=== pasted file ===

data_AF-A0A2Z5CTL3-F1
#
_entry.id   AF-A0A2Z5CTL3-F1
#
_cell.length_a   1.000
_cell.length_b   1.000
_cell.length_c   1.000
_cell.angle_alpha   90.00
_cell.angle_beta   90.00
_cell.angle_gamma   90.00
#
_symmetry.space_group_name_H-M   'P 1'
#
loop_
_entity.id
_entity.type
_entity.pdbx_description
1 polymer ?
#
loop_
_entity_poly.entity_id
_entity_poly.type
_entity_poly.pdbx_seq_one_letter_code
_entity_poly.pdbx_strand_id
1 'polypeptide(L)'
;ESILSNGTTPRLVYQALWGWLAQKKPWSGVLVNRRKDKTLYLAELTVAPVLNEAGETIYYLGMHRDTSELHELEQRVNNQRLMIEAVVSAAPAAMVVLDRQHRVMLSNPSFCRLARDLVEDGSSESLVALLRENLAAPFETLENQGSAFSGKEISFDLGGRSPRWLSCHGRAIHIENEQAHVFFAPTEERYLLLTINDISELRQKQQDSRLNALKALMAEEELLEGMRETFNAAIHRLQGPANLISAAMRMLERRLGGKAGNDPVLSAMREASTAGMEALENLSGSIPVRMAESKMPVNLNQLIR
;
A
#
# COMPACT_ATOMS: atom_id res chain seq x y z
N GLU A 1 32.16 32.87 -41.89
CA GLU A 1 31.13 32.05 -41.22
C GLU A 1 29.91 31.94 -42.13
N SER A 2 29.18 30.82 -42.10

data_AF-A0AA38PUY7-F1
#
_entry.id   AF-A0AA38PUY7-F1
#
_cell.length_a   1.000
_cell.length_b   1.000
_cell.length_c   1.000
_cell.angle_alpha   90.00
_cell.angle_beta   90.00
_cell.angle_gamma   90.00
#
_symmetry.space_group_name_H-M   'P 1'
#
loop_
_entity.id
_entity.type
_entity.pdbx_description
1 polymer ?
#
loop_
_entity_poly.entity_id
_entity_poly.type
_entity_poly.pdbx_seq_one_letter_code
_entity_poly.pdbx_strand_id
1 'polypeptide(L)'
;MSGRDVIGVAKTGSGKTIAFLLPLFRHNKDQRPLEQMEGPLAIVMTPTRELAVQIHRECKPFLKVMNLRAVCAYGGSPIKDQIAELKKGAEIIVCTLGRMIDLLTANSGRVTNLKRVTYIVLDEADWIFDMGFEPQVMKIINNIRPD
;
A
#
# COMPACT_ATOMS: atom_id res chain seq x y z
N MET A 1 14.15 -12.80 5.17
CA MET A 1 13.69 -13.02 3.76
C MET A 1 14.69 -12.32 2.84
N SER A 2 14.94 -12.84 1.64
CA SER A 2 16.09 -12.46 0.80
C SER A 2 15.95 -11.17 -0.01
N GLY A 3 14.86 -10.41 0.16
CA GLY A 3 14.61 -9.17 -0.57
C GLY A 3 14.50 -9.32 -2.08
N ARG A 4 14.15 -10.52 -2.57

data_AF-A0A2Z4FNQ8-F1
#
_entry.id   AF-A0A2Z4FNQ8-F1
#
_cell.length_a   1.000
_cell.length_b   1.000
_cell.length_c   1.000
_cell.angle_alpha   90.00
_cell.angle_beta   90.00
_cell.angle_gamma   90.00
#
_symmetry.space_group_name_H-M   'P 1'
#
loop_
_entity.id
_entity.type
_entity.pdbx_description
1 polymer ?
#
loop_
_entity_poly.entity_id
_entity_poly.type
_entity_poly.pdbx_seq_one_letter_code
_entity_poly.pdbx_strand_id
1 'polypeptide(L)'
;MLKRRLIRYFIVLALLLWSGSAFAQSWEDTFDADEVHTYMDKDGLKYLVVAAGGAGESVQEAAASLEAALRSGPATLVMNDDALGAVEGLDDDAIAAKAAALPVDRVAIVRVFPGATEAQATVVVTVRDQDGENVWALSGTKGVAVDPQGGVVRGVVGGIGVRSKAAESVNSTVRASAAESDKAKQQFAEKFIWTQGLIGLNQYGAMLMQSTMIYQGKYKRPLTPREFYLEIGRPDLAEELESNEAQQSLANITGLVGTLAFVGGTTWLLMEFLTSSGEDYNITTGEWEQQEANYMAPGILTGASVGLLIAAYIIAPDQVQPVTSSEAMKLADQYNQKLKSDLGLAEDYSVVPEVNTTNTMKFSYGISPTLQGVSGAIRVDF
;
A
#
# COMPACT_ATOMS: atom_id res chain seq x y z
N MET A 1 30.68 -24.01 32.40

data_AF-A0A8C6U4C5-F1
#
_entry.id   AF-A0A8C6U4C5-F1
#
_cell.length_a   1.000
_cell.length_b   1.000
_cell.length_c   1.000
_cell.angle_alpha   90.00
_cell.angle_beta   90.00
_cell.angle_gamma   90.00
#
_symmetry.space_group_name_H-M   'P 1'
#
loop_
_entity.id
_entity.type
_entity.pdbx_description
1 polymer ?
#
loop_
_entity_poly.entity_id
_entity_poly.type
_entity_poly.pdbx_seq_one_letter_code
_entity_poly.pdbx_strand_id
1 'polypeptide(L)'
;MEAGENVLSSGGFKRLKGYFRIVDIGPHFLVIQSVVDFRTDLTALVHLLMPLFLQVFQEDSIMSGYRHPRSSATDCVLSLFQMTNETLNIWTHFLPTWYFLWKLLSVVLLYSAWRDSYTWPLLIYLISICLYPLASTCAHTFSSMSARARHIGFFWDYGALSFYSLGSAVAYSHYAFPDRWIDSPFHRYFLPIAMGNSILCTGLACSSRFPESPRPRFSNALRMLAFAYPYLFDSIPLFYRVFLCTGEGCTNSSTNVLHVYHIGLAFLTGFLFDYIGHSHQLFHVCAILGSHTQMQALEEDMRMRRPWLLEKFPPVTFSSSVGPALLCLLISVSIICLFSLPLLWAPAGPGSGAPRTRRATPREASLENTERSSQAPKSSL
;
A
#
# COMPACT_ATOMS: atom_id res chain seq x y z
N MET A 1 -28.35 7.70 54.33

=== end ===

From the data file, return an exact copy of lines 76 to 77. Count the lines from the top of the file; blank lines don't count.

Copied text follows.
#
_entry.id   AF-A0A2Z4FNQ8-F1